From the book, Thanksgiving: An American Holiday, An American History (Facts on File, 1984).

New England’s unique culture—featuring free schools for every child, a religious tradition in which ordinary folk wrestled with complex theological questions and two centuries of self-government—produced in the early nineteenth century a generation of young people uniquely well fitted to fill the demand for educated professionals in the growing urban centers of the republic.

Even as tens of thousands of New Englanders cleared farmland on the western frontier, thousands of their cousins became clerks in the banking houses of New York, shopkeepers in Louisiana, schoolteachers in Virginia, editors in Pennsylvania, lawyers in Ohio, physicians in Missouri and clergymen in Illinois. In every state of the Union, and overwhelmingly so in the new states of the West, New England disproportionately furnished the professional men and women. Congressman John C. Calhoun, South Carolina’s great statesman and a Yale man, reflected this dominance when he remarked that he “had seen the time when the natives of Connecticut, together with the graduates of Yale College, in Congress, constituted within five votes of a majority of that body.”

Transplanted Yankees Sow the Seeds of Thanksgiving

In the 1830s and 1840s, this cadre of Yankee editors, teachers, ministers and citizens began a campaign to make Thanksgiving a national holiday. There was no central leadership, no coordinated strategy, not even an awareness by each individual that others, elsewhere, were working toward the same end. There was only a simple desire of New Englanders living in other states to celebrate this holiday beloved of childhood in their new homes. When virtually the entire population of a territory was made up of New Englanders, as was the case in Michigan and Iowa, this was a relatively simple proposition. Increasingly, however, New Englanders were in a position to persuade governors of such states as Missouri, Maryland and Mississippi of the desirability of proclaiming Thanksgiving Day.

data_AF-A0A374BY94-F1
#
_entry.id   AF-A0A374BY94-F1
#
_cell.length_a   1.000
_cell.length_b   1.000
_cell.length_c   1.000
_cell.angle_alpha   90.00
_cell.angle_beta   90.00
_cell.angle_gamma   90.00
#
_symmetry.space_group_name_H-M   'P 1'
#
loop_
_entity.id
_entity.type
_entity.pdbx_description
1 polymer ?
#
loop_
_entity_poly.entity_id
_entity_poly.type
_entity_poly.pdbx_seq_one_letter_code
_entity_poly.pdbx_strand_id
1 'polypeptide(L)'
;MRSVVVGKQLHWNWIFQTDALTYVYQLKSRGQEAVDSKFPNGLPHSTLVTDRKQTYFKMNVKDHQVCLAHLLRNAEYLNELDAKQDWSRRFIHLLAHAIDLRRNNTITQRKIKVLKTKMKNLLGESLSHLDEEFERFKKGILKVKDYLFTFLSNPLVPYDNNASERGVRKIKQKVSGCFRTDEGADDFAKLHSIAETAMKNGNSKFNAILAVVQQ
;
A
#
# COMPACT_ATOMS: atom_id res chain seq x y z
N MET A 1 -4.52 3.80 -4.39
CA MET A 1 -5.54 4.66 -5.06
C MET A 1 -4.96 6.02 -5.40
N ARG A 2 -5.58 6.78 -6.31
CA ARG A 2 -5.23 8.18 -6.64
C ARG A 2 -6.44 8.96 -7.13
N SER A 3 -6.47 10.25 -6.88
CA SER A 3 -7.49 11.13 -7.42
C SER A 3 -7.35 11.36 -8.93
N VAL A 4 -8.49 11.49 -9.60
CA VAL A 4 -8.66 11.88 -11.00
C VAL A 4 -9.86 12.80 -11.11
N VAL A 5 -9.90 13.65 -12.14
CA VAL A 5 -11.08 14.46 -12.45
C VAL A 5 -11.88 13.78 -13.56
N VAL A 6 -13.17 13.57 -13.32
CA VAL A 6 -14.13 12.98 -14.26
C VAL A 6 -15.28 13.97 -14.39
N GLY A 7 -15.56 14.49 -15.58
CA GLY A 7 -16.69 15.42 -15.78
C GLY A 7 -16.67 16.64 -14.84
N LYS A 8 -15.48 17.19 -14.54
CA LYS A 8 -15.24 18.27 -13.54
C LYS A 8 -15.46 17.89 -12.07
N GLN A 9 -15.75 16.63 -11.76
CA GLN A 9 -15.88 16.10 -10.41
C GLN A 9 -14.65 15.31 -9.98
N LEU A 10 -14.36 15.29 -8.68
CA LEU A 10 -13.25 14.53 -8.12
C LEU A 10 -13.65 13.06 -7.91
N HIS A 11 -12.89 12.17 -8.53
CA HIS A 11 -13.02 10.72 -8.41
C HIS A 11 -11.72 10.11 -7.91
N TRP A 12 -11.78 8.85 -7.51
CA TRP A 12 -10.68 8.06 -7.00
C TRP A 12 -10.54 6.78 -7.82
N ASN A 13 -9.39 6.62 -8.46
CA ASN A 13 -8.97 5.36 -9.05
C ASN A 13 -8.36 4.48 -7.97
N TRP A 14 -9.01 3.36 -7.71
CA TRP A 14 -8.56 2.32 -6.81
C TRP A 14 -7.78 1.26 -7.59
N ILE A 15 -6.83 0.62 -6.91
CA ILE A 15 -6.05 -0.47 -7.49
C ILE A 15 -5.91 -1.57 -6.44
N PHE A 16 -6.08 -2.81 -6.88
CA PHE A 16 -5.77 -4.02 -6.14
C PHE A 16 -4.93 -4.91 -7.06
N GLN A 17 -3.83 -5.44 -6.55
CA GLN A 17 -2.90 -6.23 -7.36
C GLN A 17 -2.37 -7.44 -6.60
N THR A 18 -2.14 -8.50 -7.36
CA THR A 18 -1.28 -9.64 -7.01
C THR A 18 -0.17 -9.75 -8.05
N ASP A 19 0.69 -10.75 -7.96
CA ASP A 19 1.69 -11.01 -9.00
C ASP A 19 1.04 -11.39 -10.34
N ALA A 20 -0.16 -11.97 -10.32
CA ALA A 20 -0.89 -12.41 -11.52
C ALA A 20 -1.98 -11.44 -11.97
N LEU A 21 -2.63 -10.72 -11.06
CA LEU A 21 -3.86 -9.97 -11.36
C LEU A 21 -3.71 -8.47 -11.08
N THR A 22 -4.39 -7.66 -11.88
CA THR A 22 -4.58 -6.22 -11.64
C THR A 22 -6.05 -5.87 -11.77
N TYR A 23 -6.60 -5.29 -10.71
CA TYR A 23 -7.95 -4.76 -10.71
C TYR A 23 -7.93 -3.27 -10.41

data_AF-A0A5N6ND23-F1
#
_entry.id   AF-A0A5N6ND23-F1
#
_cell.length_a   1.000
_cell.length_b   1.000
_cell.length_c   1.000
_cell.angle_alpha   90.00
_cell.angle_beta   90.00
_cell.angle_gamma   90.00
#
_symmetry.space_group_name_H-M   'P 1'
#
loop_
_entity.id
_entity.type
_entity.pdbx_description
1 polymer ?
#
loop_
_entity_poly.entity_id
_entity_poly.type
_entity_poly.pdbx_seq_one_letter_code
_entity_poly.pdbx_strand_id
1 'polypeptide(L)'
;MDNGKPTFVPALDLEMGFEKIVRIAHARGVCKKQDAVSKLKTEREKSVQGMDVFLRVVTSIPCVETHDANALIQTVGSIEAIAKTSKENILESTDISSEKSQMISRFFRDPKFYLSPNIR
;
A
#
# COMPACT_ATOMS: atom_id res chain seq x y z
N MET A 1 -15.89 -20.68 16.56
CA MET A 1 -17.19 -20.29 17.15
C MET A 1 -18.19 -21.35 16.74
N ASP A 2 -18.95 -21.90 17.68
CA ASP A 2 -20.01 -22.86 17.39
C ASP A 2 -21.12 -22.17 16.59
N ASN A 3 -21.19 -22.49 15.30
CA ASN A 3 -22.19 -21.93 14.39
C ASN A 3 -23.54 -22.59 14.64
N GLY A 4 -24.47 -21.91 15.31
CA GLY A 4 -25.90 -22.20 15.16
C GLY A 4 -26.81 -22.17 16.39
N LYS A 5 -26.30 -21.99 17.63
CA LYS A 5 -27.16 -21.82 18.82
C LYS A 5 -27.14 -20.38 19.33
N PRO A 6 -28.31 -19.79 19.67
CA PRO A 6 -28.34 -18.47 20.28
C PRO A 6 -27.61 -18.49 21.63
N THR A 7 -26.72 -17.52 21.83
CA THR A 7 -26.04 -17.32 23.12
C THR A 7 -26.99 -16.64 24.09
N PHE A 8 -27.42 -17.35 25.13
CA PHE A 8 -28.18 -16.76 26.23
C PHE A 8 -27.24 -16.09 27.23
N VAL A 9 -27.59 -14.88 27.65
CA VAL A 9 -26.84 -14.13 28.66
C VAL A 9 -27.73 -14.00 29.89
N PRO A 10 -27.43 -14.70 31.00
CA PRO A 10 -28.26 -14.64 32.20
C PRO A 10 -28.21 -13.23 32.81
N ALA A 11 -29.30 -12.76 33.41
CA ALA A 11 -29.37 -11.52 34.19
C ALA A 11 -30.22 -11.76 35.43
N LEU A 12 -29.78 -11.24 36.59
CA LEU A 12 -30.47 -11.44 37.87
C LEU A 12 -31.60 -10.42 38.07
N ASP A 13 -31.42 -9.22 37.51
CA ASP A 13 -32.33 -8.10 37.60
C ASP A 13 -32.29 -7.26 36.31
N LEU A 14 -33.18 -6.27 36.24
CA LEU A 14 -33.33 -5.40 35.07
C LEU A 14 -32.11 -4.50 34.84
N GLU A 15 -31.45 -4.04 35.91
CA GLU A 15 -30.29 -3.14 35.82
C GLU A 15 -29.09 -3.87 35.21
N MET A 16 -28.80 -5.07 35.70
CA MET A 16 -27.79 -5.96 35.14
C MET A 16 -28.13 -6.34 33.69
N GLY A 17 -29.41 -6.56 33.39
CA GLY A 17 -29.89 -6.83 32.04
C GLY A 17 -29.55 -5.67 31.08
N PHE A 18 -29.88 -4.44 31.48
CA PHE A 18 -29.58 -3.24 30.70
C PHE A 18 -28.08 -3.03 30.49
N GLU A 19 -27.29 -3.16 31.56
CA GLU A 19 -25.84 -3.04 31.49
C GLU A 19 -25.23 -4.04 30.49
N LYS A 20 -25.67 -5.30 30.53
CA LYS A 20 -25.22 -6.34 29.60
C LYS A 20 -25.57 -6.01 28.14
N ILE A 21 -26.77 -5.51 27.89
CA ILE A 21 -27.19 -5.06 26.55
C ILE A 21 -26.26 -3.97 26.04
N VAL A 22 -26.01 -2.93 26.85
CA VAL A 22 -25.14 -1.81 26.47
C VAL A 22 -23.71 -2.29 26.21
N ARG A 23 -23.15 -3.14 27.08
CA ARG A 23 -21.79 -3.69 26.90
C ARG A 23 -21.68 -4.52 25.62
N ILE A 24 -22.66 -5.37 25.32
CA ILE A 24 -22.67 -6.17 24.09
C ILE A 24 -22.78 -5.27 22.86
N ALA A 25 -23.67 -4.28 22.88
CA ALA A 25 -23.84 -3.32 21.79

By the early 1840s, Thanksgiving had spread far beyond the borders of New England. Connecticut, Massachusetts, New Hampshire, Rhode Island, Vermont and Maine still celebrated the holiday born two centuries earlier along the banks of the Connecticut River, but governors of New York, Michigan, Illinois, Iowa, Wisconsin and Indiana also proclaimed an annual thanksgiving day, and in 1843 Pennsylvania and Missouri joined the growing list. Governor David Rittenhouse Porter proclaimed Thursday, December 21, 1843, Thanksgiving Day for Pennsylvania and, in contrast to the efforts of earlier governors to establish the holiday, his initiative took root.

Reverend Samuel Lowrie of Pittsburgh recalled as an elderly gentleman how he had spent that first Thanksgiving day as a seven-year-old boy:

The part assigned to me was to baste the turkey, which was to be roasting in a reflector oven before the open grate fireplace, while the church service was going on, so as to be ready to be offered to the company promptly when they came from church. . . . The canned oysters that came from Baltimore were properly cooked and served. . . . There were, of course, pumpkin pie and apple butter and, also sweet cider from Grandfather Thompson’s cider mill and press.

The following year there was no Thanksgiving in Pennsylvania, but Thanksgiving Day was proclaimed by Governor Francis Shunk for November 27, 1845, and has been observed every year since.

Folks in Pittsburgh learned how to celebrate Thanksgiving the same way their governors learned how to write Thanksgiving proclamations. Though they had never written one before, Yankees showed them how. Pennsylvania governors issued proclamations in the style of governors of Connecticut and Massachusetts, and people celebrated by following the lead of their New England-born preachers, editors, teachers, writers and neighbors.

Louisiana observed Thanksgiving for the first time on Thursday, January 15, 1846. An exultant New England-born resident of Water Proof, Tensas Parish, Louisiana, wrote to relatives in Indiana: